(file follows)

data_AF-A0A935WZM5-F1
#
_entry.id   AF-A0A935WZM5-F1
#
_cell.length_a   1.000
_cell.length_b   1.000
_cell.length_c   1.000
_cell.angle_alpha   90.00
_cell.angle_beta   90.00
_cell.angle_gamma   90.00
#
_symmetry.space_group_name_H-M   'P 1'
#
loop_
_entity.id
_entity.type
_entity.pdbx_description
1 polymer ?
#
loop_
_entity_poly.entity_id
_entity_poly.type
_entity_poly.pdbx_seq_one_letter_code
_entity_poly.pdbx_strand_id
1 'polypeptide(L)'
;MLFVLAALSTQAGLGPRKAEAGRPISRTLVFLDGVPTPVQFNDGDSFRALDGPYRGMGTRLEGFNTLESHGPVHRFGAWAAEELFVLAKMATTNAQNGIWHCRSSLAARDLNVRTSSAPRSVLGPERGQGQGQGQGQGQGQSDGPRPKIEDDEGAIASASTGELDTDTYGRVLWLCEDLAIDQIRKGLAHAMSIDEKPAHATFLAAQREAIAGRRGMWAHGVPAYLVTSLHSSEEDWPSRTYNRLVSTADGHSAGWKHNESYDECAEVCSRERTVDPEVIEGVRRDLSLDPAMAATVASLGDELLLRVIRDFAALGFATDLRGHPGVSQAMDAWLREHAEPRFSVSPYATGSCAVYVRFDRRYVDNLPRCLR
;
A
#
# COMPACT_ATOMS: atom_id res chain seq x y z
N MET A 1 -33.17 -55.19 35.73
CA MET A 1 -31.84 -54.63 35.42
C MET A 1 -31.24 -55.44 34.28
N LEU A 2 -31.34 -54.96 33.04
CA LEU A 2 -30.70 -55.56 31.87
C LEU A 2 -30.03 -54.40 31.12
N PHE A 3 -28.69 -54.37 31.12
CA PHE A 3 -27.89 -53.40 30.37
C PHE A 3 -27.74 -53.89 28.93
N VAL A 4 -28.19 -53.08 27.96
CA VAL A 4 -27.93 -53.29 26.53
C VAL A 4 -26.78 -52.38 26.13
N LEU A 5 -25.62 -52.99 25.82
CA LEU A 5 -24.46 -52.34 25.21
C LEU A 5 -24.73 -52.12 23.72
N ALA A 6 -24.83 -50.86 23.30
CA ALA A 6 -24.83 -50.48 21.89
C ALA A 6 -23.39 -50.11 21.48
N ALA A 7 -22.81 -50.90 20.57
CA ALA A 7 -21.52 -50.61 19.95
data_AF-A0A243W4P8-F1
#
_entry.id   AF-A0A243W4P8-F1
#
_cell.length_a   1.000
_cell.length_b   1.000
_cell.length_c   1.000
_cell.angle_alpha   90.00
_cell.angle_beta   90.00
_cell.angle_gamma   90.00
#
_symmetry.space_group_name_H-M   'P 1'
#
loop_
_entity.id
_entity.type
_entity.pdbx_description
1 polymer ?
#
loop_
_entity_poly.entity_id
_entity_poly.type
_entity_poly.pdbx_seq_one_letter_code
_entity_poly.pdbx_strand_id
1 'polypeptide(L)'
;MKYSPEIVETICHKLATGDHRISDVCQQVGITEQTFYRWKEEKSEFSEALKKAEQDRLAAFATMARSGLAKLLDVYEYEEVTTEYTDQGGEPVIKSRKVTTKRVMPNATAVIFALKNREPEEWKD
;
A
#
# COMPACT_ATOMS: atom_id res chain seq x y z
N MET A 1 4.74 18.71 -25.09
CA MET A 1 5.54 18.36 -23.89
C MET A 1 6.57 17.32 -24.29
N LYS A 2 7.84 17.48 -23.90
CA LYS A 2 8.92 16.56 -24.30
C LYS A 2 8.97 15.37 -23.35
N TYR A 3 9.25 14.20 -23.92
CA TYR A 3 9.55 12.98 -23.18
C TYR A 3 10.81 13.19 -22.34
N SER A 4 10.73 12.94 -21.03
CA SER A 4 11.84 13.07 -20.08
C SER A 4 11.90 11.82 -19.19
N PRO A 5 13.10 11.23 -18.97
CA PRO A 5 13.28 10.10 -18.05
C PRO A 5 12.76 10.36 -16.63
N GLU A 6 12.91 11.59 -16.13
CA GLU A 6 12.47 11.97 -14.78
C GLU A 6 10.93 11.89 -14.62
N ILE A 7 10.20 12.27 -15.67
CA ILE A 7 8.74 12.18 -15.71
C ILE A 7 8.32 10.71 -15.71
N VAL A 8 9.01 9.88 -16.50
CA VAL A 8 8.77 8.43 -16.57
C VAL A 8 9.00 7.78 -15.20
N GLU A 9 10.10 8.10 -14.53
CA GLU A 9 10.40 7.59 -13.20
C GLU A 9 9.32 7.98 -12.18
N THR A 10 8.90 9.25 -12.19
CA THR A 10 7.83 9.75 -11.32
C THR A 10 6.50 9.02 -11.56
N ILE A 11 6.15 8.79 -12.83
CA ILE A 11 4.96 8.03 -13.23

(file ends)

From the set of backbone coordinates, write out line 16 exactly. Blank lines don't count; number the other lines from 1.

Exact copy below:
_entity.type